Wednesday, October 20, 2004

Global Warming and Internet Ping-Pong

Yesterday i saw a pointer in Andrew Sullivan's blog to an article at Technology Review about evidence that the now-famous hockey stick graph that appears to show a consistent warming trend during the 20th century was produced through dubious statistical means (basically, an incorrect usage of principal component analysis). The Technology Review article, written by McArthur fellow Richard Muller, discusses information published by a couple of guys named McIntyre and McKitrick. Muller apparently considers their results to be definitive evidence that the the hockeystick diagram is bogus. However, the CrookedTimber blog has a discussion of analysis done by an Australian computer scientist Tim Lambert on a subsequent paper by McKitrick and Pat Michaels that suggest McKitrick maybe sort-of doesn't know what the hell he's talking about.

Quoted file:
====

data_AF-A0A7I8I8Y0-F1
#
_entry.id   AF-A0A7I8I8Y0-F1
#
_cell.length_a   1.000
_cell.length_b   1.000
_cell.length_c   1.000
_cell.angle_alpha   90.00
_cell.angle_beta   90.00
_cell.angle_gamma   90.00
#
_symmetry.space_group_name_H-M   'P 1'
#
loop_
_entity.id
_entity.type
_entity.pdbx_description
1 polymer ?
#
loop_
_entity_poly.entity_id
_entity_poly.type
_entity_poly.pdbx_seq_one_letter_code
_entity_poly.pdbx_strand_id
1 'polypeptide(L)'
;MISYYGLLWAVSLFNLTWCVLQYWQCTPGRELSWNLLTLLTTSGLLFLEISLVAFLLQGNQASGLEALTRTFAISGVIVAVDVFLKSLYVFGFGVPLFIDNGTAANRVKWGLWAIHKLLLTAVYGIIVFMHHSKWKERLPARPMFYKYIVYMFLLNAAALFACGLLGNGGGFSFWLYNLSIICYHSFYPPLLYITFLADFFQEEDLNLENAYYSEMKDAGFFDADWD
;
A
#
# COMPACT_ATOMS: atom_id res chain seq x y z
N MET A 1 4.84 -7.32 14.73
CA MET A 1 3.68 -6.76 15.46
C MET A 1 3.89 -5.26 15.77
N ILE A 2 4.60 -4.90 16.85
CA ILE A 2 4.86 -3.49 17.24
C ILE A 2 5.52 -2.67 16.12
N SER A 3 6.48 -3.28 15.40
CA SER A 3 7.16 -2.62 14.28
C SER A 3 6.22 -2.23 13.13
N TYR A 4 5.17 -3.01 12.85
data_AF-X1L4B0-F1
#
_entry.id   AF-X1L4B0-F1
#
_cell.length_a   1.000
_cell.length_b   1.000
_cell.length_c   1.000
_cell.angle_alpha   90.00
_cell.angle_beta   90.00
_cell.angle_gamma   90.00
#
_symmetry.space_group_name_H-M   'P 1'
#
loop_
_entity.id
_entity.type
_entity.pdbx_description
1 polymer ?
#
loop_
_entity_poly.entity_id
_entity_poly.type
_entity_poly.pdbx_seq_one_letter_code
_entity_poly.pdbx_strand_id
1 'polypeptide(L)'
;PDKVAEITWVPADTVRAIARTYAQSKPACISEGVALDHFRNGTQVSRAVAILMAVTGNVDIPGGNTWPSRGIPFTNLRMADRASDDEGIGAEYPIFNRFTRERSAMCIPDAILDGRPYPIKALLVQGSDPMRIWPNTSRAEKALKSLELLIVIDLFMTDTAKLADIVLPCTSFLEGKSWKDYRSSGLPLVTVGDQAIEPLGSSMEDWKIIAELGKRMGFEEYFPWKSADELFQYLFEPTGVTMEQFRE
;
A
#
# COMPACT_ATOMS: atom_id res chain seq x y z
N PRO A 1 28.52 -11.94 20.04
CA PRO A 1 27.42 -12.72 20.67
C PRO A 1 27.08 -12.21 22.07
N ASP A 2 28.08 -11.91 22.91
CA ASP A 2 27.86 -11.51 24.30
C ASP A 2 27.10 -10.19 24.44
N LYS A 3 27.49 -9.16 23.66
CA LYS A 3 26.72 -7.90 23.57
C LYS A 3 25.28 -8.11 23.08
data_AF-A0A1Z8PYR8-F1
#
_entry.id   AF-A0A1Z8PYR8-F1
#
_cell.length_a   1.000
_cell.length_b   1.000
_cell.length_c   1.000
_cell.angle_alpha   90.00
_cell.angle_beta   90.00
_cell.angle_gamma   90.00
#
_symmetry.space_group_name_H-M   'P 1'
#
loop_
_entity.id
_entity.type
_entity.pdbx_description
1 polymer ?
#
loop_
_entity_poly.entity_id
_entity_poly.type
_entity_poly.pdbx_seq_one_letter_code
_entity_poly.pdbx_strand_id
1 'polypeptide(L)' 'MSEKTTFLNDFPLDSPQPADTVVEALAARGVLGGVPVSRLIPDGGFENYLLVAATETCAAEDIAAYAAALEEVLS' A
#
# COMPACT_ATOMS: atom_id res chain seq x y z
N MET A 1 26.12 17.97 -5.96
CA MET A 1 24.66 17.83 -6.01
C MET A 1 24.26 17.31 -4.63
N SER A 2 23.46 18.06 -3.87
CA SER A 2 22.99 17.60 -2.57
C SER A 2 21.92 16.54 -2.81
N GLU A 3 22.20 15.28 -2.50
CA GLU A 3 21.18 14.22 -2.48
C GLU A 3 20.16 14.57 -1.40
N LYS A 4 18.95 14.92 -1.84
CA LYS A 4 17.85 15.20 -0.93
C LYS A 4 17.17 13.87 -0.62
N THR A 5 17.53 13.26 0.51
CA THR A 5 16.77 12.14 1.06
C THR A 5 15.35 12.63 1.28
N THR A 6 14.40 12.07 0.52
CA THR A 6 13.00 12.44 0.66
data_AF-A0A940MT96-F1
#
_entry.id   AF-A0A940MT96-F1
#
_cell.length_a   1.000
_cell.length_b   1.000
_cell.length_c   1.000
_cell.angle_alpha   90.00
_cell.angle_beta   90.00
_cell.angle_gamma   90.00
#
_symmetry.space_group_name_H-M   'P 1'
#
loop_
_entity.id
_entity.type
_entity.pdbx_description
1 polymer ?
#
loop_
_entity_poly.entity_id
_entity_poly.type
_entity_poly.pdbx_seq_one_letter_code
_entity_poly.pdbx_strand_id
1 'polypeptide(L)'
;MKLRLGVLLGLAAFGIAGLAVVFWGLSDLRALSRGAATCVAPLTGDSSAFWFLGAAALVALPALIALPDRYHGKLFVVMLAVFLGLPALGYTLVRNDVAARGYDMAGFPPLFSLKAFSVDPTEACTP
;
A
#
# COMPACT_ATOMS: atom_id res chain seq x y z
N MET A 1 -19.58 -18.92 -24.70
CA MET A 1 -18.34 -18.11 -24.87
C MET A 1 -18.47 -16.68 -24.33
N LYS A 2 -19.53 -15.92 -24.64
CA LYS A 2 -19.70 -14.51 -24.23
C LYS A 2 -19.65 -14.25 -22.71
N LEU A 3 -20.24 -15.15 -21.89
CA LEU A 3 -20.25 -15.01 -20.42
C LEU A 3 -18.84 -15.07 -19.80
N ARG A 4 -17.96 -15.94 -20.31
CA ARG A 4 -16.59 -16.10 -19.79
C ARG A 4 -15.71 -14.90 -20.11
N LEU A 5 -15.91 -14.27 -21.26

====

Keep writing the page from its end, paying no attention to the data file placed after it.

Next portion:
So after bouncing around between several different sites, most of which seem fairly credible, i not only don't know what the truth is, i'm probably more confused than when i started. The only option left would be to go to the original sources and try to understand the analyses performed and then read the various accounts of the mistakes made, etc. I've made two completely unrelated conclusions from this little odyssey. First, the Internet+Google might equal something amazing, but we've got a long way to go before it can be used to support decisions. Second, i conclude that global warming opponents will be able to use this confusion to much greater effect than environmentalists.

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